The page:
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August 1, 2006

The Moral Culpability for Qana


by Patrick J. Buchanan

"Everyone in southern Lebanon is a terrorist and is connected to Hezbollah," roared Israeli Justice Minister Haim Ramon on July 27.

"Every village from which a Katyusha is fired must be destroyed," bellowed an Israeli general in a quote bannered by the nation's largest newspaper, Yedioth Ahronoth.

The Israeli paper then summarized what the justice minister and general were saying: "In other words, a village from which rockets are fired at Israel will simply be destroyed by fire." That was Thursday.

Sunday, in Qana, 57 of Haim Ramon's "terrorists," 37 of them children, were massacred with precision-guided bombs. Apparently, Katyushas had been fired from Qana, near the destroyed building.

"One who goes to sleep with rockets shouldn't be surprised if he doesn't wake up in the morning," said Israel's ambassador to the United Nations, Dan Gillerman.

Today, we hear unctuous statements about how Israel takes pains to avoid civilian casualties, drops leaflets to warn civilians to flee target areas, and conforms to all the rules of civilized warfare.

But Israel's words and deeds contradict her propaganda. As the war began, Ehud Olmert accused Lebanon, which had condemned Hezbollah for the killing and capture of the Israeli soldiers, of an "act of war." Army Chief of Staff Lt. Gen. Dan Halutz publicly threatened "to turn back the clock in Lebanon by 20 years."

Gillerman, at a pro-Israel rally in New York, thundered, "[T]o those countries who claim that we are using disproportionate force, I have only this to say: You're damn right we are."

"His comments drew wild applause," said the Jerusalem Post.

Though Israel is dissembling now, Gillerman spoke the truth then. No sooner had Hezbollah taken the two Israeli soldiers hostage than Israel unleashed an air war – on Lebanon. The Beirut airport was bombed, its fuel storage tanks set ablaze. The coast was blockaded. Power plants, gas stations, lighthouses, bridges, roads, trucks, and buses were all hit with air strikes.

Within 48 hours, it was apparent Israel was exploiting Hezbollah's attack to execute a preconceived military plan to destroy Lebanon – i.e., the collective punishment of a people and nation for the crimes of a renegade militia they could not control. It was the moral equivalent of a municipal police going berserk, shooting, killing, and ravaging an African-American community, because Black Panthers had ambushed and killed cops.

If Israel is not in violation of the principle of proportionality, by which Christians are to judge the conduct of a just war, what can that term mean? There are 600 civilian dead in Lebanon, 19 in Israel, a ratio of 30-1, though Hezbollah is firing unguided rockets, while Israel is using precision-guided munitions.

Thousands of Lebanese civilians are injured. Perhaps 800,000 are homeless.

Yet, whatever one thinks of the morality of what Israel is doing, the stupidity is paralyzing. Instead of maintaining the moral and political high ground it had – when even Egypt, Saudi Arabia, and Jordan were condemning Hezbollah, and privately hoping Israel would inflict a humiliating defeat on Nasrallah – Israel launched an air war on an innocent people. Now, 87 percent of Lebanese back Hezbollah, and the entire Arab and Islamic world, Shia and Sunni alike, is rallying behind Nasrallah.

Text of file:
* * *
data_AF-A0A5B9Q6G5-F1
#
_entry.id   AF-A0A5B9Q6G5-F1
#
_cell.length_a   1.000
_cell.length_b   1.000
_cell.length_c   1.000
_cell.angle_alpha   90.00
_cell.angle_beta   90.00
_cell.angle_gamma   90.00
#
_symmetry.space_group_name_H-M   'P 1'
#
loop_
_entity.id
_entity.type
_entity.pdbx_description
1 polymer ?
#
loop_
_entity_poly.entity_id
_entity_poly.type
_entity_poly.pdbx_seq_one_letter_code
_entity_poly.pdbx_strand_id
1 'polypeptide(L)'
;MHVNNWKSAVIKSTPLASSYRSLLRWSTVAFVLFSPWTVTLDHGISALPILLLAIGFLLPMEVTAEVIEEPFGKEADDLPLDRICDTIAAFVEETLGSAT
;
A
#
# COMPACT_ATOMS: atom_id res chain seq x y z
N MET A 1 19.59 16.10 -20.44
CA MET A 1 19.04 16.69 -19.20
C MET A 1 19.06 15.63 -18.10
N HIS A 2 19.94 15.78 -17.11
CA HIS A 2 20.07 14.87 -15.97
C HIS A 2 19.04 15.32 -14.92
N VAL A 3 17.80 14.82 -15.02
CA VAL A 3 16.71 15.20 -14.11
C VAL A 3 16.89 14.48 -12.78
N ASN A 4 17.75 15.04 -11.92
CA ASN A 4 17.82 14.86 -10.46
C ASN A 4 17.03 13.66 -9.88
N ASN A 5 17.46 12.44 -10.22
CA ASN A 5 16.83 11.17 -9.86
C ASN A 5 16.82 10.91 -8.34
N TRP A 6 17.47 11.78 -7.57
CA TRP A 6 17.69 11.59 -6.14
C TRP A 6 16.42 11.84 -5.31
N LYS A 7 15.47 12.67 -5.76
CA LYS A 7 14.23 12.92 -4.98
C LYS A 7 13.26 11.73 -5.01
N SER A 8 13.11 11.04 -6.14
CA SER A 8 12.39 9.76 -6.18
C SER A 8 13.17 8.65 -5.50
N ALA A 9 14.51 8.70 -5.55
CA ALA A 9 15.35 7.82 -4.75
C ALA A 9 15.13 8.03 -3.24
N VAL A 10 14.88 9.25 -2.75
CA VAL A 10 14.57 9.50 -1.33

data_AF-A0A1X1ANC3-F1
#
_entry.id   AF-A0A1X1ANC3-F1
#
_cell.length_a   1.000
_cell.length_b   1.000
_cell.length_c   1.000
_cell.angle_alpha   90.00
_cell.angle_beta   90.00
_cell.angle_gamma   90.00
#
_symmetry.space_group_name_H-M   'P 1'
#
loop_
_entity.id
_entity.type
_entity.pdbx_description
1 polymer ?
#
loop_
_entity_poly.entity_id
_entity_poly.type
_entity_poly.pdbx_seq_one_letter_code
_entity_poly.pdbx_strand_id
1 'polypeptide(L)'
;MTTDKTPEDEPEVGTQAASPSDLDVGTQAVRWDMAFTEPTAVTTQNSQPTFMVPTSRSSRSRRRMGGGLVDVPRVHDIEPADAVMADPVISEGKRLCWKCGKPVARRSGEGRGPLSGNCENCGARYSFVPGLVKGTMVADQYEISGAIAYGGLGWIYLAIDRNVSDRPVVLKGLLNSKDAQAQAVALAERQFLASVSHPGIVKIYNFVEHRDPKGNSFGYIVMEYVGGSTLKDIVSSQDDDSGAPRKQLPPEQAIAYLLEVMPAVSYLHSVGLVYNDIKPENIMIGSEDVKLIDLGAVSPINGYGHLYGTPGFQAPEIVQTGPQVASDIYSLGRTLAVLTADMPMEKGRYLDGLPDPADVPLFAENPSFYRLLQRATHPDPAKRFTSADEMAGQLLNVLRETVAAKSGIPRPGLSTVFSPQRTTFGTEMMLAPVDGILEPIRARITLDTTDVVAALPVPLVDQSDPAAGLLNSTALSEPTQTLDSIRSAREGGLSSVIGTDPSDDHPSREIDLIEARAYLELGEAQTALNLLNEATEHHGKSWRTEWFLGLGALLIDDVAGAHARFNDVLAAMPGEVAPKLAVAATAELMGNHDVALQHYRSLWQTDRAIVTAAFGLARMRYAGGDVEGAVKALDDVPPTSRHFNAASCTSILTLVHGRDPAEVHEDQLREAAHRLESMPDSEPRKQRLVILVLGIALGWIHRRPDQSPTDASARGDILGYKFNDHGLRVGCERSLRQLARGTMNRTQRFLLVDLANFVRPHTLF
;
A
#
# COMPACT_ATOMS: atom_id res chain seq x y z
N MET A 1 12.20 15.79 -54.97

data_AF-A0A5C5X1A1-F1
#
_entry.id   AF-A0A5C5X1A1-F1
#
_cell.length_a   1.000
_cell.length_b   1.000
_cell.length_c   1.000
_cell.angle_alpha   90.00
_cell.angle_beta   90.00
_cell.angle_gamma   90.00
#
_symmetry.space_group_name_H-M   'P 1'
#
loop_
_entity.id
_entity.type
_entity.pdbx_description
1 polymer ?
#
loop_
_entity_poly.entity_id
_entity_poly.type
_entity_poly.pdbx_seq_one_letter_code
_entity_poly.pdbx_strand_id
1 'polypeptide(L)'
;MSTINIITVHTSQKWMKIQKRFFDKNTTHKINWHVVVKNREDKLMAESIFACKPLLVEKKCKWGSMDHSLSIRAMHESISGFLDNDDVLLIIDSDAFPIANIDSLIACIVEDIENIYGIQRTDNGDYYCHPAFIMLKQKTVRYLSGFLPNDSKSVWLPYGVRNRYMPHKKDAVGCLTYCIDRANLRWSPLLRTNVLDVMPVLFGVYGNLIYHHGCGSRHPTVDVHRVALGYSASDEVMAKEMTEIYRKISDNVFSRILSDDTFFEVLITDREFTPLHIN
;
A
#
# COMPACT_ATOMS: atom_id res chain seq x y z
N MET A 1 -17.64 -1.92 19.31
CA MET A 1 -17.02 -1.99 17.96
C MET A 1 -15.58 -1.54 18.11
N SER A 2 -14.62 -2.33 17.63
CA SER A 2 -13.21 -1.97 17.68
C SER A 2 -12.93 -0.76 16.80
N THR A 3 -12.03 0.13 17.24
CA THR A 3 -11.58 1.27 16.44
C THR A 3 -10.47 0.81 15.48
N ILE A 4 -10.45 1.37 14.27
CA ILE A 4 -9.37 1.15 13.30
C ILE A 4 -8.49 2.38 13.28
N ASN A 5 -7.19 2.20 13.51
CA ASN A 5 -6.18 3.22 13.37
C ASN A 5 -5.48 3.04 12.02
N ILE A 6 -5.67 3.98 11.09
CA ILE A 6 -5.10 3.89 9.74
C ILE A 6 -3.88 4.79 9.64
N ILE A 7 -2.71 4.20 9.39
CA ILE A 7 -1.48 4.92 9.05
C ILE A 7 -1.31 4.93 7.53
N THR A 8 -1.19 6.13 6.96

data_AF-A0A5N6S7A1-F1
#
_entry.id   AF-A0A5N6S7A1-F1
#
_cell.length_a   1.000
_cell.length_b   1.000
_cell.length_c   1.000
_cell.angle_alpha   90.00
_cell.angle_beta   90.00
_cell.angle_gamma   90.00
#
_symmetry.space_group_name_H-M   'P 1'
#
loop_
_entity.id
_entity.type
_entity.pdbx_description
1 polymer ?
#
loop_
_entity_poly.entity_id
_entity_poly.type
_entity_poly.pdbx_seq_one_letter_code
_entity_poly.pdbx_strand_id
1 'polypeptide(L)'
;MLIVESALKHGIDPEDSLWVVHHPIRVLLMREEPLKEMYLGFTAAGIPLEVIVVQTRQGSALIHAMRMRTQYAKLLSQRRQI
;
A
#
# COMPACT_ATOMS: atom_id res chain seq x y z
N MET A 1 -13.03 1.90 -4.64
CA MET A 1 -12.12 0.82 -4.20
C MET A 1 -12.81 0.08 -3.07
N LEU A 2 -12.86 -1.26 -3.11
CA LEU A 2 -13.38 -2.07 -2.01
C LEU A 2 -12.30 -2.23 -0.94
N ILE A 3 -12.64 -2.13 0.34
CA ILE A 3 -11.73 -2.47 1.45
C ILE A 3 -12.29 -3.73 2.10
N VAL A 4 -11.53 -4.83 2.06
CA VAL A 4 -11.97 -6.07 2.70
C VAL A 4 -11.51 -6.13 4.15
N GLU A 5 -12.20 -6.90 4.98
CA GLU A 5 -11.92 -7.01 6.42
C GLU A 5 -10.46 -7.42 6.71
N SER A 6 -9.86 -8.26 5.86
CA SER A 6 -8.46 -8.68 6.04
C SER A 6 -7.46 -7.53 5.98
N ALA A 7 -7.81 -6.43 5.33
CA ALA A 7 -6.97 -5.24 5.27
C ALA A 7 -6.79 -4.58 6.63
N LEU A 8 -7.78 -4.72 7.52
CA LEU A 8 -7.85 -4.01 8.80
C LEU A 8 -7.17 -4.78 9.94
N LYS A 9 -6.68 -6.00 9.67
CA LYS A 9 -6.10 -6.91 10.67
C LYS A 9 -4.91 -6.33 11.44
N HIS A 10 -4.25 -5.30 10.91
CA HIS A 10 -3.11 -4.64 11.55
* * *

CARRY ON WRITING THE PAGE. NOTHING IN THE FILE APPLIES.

And how does one defend the behavior of the United States?

When Gillerman was exulting in the disproportionality of Israel's attack on Lebanon, U.S. Sen. Hillary Clinton was smiling smugly beside him. When the UN Security Council tabled a resolution condemning Hezbollah's igniting of the war and Katyusha attacks, but also the excesses of Israel's reprisals, U.S. Ambassador John Bolton vetoed it. When a few congressmen sought to moderate a pro-Israeli resolution by adding words urging "all sides to protect innocent life and infrastructure," GOP leader John Boehner ordered the words taken down.

Why? Because, says Zbigniew Brzezinski, AIPAC, the Israeli lobby, had prepared the resolution and wanted it passed the way they wrote it. Our Knesset complied. It sailed through the House 410-8.

For two weeks, Bush seemed unable to find a word of criticism for what our friends in Israel were doing to our friends in Lebanon. He publicly sent more bombs to Israel. He and Condi emphasized that America did not want a cease-fire – yet.

And because America provides Israel with the bombs it uses on Lebanon, and we refused to restrain the Israelis, and we opposed every effort for a cease-fire before Sunday, America shares full moral and political responsibility for the massacre at Qana.

Rubbing our noses in our own cravenness, "Bibi" Netanyahu took time out, a week ago, from his daily appearances on American television, denouncing terrorism, to commemorate the 60th anniversary of the terror attack on the King David Hotel by Menachem Begin's Irgun, an attack that killed 92 people, among them British nurses.

This was not a terrorist act, Bibi explained, because Irgun telephoned a 15-minute warning to the hotel before the bombs went off. Right. And those children in that basement in Qana should not have ignored the Israeli leaflets warning them to clear out of southern Lebanon.

Our Israeli friends appear to be playing us for fools.

COPYRIGHT CREATORS SYNDICATE, INC.


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  • Patrick J. Buchanan was twice a candidate for the Republican presidential nomination and the Reform Party’s candidate in 2000. He is also a founder and editor of the new magazine, The American Conservative. Now a commentator and columnist, he served three presidents in the White House, was a founding panelist of three national television shows, and is the author of seven books.

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